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NCJ Number: 156122 Add to Shopping cart Find in a Library
Title: Factors Influencing Intake Disposition in a Juvenile Court
Journal: Juvenile and Family Court Journal  Volume:46  Issue:2  Dated:(Spring 1995)  Pages:43-61
Author(s): L Lee
Date Published: 1995
Page Count: 19
Sponsoring Agency: National Institute of Justice/
Rockville, MD 20849
NCJRS Photocopy Services
Rockville, MD 20849-6000
Sale Source: National Institute of Justice/
NCJRS paper reproduction
Box 6000, Dept F
Rockville, MD 20849
United States of America

NCJRS Photocopy Services
Box 6000
Rockville, MD 20849-6000
United States of America
Type: Report (Study/Research)
Format: Article
Language: English
Country: United States of America
Annotation: This study examined whether a juvenile court's practices were consistent with its declared philosophy and whether it accommodated the goals of serving individual justice and protecting societal interests.
Abstract: The study's population consisted of the cohort of all youths born in 1969 (n=10,499) who were ever referred to the Maricopa County Juvenile Court while they were juveniles. The analysis used a random sample (n=3,520) of juveniles aged 8 to 17 who were charged with delinquent offenses and who had 10 or fewer prior referrals. The cases were processed from 1977 to 1986 when the youths were between ages 8 to 17. Findings show that intake disposition at the Maricopa County Juvenile Court was determined primarily by the type and seriousness of the juvenile's prior record. Although this finding agreed with those from previous similar studies, it differed from those studies that report a significant effect of current offense on intake disposition. The intake practices of the Maricopa County Juvenile Court undermine individual justice and societal protection. Because of the slight importance attached to the current offense, this juvenile court was not an exact replica of the criminal court. The juvenile court must re-examine its function and priorities, so as to develop explicit and detailed guidelines that will ensure its practice is consistent with its philosophy. 10 tables, 14 notes, and 55 references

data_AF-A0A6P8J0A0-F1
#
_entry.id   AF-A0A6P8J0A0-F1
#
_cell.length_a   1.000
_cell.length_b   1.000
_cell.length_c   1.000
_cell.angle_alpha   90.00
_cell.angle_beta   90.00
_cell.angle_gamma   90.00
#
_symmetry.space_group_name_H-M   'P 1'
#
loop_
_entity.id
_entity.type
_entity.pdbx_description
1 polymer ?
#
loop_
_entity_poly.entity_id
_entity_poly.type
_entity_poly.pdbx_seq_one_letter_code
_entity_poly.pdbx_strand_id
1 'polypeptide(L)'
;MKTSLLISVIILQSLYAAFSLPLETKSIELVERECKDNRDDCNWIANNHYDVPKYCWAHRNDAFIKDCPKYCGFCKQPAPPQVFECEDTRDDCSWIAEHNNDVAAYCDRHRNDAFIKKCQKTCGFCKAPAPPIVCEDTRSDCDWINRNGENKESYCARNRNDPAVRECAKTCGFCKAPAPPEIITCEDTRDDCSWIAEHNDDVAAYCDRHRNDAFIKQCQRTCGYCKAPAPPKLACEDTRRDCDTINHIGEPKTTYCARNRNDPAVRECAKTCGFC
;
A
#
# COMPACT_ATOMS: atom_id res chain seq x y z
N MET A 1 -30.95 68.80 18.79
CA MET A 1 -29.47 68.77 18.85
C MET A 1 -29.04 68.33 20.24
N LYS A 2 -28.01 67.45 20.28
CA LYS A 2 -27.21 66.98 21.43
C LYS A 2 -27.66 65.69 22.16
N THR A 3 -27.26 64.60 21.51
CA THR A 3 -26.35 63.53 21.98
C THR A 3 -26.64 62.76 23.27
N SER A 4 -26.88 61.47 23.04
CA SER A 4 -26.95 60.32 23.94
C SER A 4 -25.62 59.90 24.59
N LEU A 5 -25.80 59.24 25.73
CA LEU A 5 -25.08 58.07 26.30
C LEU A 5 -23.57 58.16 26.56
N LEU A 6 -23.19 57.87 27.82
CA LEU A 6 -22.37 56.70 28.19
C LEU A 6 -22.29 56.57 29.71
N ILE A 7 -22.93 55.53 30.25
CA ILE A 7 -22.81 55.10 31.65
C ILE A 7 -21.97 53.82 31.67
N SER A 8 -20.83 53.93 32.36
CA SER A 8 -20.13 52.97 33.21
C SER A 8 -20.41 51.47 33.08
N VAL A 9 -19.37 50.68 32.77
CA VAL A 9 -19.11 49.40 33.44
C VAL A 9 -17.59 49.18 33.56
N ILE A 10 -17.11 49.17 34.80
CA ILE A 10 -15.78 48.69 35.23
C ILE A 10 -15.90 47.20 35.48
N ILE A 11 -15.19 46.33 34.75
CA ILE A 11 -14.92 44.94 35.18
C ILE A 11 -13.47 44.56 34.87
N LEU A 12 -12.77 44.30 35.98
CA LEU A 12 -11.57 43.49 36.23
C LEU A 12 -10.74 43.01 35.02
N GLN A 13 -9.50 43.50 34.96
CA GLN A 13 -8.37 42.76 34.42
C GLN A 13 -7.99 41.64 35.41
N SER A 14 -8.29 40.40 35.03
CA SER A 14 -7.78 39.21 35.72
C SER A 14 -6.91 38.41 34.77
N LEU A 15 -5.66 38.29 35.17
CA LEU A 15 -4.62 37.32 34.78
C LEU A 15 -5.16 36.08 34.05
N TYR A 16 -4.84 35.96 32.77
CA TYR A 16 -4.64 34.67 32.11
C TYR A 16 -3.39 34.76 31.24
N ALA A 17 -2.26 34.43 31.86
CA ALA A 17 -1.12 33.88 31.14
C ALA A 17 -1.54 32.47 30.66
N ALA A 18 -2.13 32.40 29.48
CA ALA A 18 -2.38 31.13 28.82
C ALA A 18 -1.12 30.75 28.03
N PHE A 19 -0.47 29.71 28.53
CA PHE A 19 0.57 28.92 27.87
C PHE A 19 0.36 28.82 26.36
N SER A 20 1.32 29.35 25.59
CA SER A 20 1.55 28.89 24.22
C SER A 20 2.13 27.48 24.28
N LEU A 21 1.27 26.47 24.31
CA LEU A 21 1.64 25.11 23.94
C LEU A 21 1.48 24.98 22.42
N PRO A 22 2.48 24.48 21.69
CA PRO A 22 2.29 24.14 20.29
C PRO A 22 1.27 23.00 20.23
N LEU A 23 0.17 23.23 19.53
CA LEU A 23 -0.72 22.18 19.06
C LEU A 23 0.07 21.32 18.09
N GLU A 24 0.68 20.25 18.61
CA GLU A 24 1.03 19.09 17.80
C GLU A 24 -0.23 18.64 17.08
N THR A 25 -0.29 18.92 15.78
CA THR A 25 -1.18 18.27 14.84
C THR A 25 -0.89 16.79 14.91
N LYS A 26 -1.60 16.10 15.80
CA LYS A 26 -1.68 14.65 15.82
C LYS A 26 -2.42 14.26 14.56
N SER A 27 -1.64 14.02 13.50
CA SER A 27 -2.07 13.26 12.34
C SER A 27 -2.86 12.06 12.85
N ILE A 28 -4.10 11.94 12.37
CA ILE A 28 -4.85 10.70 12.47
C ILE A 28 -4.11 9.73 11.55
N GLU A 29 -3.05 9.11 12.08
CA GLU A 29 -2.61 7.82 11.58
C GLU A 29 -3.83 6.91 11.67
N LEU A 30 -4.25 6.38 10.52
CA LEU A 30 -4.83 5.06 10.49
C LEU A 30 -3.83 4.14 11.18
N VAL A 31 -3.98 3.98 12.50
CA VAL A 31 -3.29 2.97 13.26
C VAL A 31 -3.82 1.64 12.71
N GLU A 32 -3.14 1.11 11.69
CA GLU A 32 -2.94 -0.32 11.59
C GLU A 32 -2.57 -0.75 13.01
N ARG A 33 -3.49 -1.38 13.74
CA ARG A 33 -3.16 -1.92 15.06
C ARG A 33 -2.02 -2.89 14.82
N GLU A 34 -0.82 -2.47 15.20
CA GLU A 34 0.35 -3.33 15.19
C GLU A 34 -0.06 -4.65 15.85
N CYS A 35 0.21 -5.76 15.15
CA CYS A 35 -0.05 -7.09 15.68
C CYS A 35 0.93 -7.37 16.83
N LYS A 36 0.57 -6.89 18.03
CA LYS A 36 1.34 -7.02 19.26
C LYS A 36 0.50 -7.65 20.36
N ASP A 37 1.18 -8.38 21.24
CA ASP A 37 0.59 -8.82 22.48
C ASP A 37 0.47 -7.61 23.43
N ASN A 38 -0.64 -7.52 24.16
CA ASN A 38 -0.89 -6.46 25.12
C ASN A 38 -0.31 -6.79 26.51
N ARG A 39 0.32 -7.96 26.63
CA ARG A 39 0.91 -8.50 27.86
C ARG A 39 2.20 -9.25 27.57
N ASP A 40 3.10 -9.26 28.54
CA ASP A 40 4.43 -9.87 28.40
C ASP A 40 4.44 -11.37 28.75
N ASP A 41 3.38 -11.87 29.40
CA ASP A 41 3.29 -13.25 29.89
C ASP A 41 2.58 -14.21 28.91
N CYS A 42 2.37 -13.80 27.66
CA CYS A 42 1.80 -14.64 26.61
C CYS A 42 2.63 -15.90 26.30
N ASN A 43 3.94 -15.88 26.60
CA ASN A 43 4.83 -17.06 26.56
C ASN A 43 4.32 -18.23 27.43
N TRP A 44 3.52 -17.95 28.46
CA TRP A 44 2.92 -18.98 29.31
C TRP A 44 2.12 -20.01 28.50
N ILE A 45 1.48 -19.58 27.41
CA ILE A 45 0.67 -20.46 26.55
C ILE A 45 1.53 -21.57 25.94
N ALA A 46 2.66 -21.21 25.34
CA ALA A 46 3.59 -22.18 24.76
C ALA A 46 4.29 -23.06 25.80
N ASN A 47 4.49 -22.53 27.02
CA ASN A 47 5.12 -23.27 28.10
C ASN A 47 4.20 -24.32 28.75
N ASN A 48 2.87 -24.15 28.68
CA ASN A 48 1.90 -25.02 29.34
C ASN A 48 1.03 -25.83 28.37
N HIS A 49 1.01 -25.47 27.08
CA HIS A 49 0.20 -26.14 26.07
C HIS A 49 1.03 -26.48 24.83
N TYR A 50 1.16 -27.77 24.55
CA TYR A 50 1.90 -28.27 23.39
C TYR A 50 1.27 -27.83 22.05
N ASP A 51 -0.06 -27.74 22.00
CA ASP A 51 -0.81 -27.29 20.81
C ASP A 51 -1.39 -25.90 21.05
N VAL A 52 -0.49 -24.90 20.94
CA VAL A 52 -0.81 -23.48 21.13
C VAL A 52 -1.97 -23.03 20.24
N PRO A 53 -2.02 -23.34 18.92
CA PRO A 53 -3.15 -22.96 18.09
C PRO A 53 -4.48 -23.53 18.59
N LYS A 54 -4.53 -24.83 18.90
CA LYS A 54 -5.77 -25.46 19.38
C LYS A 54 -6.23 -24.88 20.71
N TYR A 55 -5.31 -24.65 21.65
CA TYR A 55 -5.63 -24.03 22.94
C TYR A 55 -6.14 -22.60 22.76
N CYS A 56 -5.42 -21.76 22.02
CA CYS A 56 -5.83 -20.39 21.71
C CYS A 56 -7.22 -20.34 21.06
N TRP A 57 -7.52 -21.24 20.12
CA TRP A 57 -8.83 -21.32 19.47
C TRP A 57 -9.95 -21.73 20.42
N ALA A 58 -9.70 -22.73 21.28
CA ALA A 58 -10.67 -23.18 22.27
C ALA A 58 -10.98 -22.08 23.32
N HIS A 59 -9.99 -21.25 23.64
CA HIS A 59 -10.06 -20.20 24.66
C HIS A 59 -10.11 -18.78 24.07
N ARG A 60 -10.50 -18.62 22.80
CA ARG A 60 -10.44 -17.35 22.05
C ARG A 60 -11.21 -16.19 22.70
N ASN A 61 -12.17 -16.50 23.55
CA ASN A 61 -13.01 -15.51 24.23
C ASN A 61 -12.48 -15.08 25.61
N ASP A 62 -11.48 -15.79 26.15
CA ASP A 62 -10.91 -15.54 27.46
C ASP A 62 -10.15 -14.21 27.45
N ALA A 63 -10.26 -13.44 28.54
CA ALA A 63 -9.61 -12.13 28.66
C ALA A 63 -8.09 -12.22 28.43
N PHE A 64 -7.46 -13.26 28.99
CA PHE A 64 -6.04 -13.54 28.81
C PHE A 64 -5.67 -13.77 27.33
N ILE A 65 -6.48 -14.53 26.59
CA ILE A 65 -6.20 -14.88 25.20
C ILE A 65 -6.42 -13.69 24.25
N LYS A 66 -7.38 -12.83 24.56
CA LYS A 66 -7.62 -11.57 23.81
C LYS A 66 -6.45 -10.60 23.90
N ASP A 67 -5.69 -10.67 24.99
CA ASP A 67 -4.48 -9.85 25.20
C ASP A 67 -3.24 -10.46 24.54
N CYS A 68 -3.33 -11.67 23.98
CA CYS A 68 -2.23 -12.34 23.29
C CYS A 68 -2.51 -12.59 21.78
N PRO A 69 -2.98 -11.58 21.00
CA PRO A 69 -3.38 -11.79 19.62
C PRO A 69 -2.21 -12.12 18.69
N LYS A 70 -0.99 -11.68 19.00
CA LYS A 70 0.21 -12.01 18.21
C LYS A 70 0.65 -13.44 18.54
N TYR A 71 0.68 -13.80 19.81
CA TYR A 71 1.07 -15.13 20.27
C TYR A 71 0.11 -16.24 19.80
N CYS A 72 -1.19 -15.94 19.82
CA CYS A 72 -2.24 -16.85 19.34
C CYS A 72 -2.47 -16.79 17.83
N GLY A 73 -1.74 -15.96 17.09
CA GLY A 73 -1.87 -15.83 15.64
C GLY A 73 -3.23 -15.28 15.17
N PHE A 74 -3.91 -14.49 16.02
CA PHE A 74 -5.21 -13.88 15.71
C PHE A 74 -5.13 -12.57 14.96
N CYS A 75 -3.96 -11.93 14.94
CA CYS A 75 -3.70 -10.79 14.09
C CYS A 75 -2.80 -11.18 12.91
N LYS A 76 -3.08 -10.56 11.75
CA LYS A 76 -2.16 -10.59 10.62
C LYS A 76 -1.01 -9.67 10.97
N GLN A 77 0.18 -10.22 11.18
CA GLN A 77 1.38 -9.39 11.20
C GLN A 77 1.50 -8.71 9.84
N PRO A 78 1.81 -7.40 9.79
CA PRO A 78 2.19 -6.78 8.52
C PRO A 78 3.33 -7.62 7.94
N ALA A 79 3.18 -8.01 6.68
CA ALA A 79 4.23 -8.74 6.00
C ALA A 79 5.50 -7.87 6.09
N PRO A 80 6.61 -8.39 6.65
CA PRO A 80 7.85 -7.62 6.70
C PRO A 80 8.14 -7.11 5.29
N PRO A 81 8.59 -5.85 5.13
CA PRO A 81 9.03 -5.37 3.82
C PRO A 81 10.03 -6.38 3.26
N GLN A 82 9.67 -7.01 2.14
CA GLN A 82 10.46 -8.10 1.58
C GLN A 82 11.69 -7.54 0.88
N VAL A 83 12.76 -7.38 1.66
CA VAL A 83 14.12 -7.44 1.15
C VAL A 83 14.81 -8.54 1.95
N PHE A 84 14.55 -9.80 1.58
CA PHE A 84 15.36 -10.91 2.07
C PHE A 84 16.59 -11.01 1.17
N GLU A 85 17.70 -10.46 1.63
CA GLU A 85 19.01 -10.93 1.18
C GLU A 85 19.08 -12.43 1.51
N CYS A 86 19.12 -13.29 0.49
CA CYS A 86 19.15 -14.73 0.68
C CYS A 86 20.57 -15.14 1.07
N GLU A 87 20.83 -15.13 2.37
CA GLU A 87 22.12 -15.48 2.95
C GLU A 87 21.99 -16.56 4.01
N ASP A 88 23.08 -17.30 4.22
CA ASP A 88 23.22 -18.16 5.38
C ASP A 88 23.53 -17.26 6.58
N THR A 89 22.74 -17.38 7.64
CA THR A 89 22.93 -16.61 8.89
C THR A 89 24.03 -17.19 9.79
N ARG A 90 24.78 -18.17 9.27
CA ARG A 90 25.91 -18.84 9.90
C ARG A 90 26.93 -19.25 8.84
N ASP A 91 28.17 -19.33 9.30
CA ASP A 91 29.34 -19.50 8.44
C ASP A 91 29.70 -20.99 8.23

Main Term(s): Juvenile court intake
Index Term(s): Decisionmaking; Juvenile courts
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